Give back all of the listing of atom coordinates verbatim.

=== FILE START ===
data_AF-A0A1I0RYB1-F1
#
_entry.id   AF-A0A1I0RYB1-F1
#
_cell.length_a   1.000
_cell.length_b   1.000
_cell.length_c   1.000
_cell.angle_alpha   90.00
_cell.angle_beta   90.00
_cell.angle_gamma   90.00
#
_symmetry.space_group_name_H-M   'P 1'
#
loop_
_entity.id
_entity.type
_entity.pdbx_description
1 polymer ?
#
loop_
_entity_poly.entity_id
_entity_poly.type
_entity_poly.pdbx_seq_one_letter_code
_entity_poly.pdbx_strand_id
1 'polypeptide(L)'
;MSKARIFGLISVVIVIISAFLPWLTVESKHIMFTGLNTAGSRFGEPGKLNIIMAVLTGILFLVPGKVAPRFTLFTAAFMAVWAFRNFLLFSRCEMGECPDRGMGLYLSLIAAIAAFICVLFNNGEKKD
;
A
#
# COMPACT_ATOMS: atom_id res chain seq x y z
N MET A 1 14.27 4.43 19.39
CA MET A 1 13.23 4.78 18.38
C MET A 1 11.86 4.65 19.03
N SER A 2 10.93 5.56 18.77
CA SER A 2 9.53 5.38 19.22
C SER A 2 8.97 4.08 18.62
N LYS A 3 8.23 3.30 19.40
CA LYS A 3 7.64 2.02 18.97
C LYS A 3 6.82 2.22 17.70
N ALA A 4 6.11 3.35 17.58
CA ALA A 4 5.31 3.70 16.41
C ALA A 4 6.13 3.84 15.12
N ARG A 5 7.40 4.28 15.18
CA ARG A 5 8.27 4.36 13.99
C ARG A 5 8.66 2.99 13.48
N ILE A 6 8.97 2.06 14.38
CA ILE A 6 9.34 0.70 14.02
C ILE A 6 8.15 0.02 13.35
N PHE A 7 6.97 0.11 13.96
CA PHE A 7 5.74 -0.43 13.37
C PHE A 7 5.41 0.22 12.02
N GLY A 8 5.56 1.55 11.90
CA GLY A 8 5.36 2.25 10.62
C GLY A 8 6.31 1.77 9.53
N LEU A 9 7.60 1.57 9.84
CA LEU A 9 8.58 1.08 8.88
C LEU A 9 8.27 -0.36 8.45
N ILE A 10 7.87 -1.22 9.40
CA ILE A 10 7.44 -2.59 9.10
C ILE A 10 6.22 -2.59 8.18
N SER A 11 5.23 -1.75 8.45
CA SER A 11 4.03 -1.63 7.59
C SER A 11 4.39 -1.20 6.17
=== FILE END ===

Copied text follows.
data_AF-A0A1I0RYB1-F1
#
_entry.id   AF-A0A1I0RYB1-F1
#
_cell.length_a   1.000
_cell.length_b   1.000
_cell.length_c   1.000
_cell.angle_alpha   90.00
_cell.angle_beta   90.00
_cell.angle_gamma   90.00
#
_symmetry.space_group_name_H-M   'P 1'
#
loop_
_entity.id
_entity.type
_entity.pdbx_description
1 polymer ?
#
loop_
_entity_poly.entity_id
_entity_poly.type
_entity_poly.pdbx_seq_one_letter_code
_entity_poly.pdbx_strand_id
1 'polypeptide(L)'
;MSKARIFGLISVVIVIISAFLPWLTVESKHIMFTGLNTAGSRFGEPGKLNIIMAVLTGILFLVPGKVAPRFTLFTAAFMAVWAFRNFLLFSRCEMGECPDRGMGLYLSLIAAIAAFICVLFNNGEKKD
;
A
#
# COMPACT_ATOMS: atom_id res chain seq x y z
N MET A 1 14.27 4.43 19.39
CA MET A 1 13.23 4.78 18.38
C MET A 1 11.86 4.65 19.03
N SER A 2 10.93 5.56 18.77
CA SER A 2 9.53 5.38 19.22
C SER A 2 8.97 4.08 18.62
N LYS A 3 8.23 3.30 19.40
CA LYS A 3 7.64 2.02 18.97
C LYS A 3 6.82 2.22 17.70
N ALA A 4 6.11 3.35 17.58
CA ALA A 4 5.31 3.70 16.41
C ALA A 4 6.13 3.84 15.12
N ARG A 5 7.40 4.28 15.18
CA ARG A 5 8.27 4.36 13.99
C ARG A 5 8.66 2.99 13.48
N ILE A 6 8.97 2.06 14.38
CA ILE A 6 9.34 0.70 14.02
C ILE A 6 8.15 0.02 13.35
N PHE A 7 6.97 0.11 13.96
CA PHE A 7 5.74 -0.43 13.37
C PHE A 7 5.41 0.22 12.02
N GLY A 8 5.56 1.55 11.90
CA GLY A 8 5.36 2.25 10.62
C GLY A 8 6.31 1.77 9.53
N LEU A 9 7.60 1.57 9.84
CA LEU A 9 8.58 1.08 8.88
C LEU A 9 8.27 -0.36 8.45
N ILE A 10 7.87 -1.22 9.40
CA ILE A 10 7.44 -2.59 9.10
C ILE A 10 6.22 -2.59 8.18
N SER A 11 5.23 -1.75 8.45
CA SER A 11 4.03 -1.63 7.59
C SER A 11 4.39 -1.20 6.17